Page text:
A state-of-the-art facility offering amazing opportunities to young people with disabilities or development difficulties is a ‘unique, wonderful and vital’ lifeline for families in the south of the region.
That was the verdict from Natasha Asghar MS after she visited Serennu Children’s Centre in Newport recently to see first-hand some of the work that goes on there.
Serennu, which is based in Rogerstone, is managed by the Aneurin Bevan University Health Board, and is supported by the wonderful charity Sparkle.
Natasha met with some of Sparkle’s trustees, staff, and volunteers, including the group’s founder and chair Dr Sabine Maguire, to find out more about the work they do.
The centre provides assessment, treatment, care, information, support and leisure services for children and young people all under one roof.
Sparkle’s main aim is to provide young people with disabilities and developmental difficulties, who cannot access mainstream activities, the same opportunities as able-bodied people.
Some of the things on offer include swimming lessons, play club, fully equipped sensory rooms, a climbing wall, and a MediCinema – which is open to families for free.
Young people are also taught vital life skills such as cleaning, ironing, booking train tickets, budgeting, and making reservations which will come in handy when they live independently in the future.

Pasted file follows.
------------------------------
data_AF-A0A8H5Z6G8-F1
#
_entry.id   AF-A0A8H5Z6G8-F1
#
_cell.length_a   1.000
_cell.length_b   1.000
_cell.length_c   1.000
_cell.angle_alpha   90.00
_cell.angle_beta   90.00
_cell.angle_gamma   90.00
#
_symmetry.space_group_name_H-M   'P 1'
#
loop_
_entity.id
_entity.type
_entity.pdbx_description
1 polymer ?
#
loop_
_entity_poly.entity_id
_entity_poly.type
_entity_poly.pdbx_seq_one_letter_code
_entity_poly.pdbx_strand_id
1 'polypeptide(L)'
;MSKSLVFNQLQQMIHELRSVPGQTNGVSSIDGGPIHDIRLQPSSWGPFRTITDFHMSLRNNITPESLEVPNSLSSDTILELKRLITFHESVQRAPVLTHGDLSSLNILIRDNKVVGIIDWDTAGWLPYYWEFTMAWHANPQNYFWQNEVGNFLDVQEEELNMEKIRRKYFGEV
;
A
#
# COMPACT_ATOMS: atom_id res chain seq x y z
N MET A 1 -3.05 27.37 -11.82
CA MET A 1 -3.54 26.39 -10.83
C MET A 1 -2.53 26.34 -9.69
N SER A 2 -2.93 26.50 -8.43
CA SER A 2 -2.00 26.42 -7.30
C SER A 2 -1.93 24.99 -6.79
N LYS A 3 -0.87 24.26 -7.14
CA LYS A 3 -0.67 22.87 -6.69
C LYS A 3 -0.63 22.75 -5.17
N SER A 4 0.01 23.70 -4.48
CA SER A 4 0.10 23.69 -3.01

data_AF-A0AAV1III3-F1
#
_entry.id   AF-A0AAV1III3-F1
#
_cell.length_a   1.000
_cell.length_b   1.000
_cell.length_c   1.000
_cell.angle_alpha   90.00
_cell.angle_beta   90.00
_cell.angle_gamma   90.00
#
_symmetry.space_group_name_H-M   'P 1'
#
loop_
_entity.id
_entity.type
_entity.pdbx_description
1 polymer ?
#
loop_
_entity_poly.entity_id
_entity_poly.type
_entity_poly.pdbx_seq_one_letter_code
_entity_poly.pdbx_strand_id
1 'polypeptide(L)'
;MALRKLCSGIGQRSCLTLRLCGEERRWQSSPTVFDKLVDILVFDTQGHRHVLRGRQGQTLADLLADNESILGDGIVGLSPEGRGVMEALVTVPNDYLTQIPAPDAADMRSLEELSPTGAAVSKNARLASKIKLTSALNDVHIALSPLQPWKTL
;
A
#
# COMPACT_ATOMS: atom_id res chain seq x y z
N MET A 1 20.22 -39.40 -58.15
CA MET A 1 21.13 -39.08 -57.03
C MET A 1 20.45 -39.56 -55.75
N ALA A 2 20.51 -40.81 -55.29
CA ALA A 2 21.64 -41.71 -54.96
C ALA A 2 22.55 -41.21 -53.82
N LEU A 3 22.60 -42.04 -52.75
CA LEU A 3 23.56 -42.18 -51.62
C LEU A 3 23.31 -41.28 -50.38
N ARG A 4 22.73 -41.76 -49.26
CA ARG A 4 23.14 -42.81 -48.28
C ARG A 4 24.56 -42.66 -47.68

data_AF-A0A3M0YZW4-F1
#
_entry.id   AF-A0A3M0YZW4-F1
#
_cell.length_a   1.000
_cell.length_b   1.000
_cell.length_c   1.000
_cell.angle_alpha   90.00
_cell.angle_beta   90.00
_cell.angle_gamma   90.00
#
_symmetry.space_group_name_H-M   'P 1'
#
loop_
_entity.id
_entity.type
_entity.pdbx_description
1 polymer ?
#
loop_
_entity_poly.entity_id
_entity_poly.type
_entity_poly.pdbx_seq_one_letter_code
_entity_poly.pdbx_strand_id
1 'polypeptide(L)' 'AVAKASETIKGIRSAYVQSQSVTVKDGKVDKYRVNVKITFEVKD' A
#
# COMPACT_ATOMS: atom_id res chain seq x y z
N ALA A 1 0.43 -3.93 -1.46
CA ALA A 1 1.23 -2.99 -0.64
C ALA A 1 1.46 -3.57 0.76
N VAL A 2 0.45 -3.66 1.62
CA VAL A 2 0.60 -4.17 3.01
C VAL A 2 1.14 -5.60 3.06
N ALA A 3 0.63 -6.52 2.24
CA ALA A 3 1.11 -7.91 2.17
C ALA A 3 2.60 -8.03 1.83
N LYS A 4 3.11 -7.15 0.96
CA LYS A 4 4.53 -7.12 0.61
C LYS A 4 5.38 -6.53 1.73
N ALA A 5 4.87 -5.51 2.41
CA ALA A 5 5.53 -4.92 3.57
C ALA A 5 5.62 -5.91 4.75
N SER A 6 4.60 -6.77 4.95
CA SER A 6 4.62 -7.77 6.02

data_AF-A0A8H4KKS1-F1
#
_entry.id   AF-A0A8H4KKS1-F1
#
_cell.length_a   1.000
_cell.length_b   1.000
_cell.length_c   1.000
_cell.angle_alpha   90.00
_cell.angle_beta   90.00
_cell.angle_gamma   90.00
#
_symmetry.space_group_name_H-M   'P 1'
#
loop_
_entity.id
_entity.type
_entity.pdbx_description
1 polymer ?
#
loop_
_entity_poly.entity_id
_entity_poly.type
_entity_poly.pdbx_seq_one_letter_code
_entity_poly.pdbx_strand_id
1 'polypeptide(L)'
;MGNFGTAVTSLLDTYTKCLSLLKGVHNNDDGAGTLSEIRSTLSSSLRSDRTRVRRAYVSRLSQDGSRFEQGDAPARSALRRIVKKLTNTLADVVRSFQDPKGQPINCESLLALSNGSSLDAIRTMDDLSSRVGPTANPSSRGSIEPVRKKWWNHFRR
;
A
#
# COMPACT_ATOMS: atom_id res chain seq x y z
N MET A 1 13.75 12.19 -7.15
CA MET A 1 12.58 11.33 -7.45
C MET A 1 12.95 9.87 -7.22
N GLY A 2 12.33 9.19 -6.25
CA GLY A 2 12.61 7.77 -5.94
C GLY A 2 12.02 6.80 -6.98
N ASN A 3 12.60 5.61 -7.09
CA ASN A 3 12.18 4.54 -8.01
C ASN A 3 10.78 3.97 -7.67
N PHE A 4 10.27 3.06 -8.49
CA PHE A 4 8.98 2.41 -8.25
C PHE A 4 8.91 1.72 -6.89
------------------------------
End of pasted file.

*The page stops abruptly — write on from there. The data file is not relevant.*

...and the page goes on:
Activities are also put on to help young people with agility, balance, coordination, socialising, making new friends, building confidence, self-esteem, and problem solving.
Not only does the centre offer activities for youngsters, but it also offers valuable information and support to parents as well as a bit of respite.
Dr Sabine Maguire explained that even though some 200 young people come to Serennu every week, they would love to expand services to reach more people in other parts of the region – but it all boils down to funding.
Sparkle is entirely dependent on donations and grants to run its services – which cost upwards of £700,000 a year.
Natasha also caught a glimpse of the centre’s impressive specially designed disabled playground, which includes a wheelchair swing and is open to the community, as well as its multi-use games area.
During the tour, Natasha was able to meet with some of the young people at one of the clubs and talk to them about what Sparkle, and the Serennu Centre, meant to them.
Natasha Asghar MS said:
“To say I was blown away by what Serennu Children’s Centre and Sparkle offer would be a huge understatement and it was an absolute pleasure to meet some of the young people who use the clubs and services.
“From my brief conversations with them, I got a very clear picture of just how much they cherish Sparkle and the centre.
“For a charity like Sparkle, which relies solely on donations and grants, to run so many different activities and support networks is a major achievement and must be rightfully applauded.
“To put it in no uncertain terms, Serennu and Sparkle really are unique and provide vital lifelines for people living in the southern areas of South East Wales and they are determined to expand its services to the rest of the region.
“I am very much looking forward to working with Sparkle and the centre on a range of projects and initiatives going forward, including doing all I can to help them expand in a bid to provide its services to those living in the north of the region.”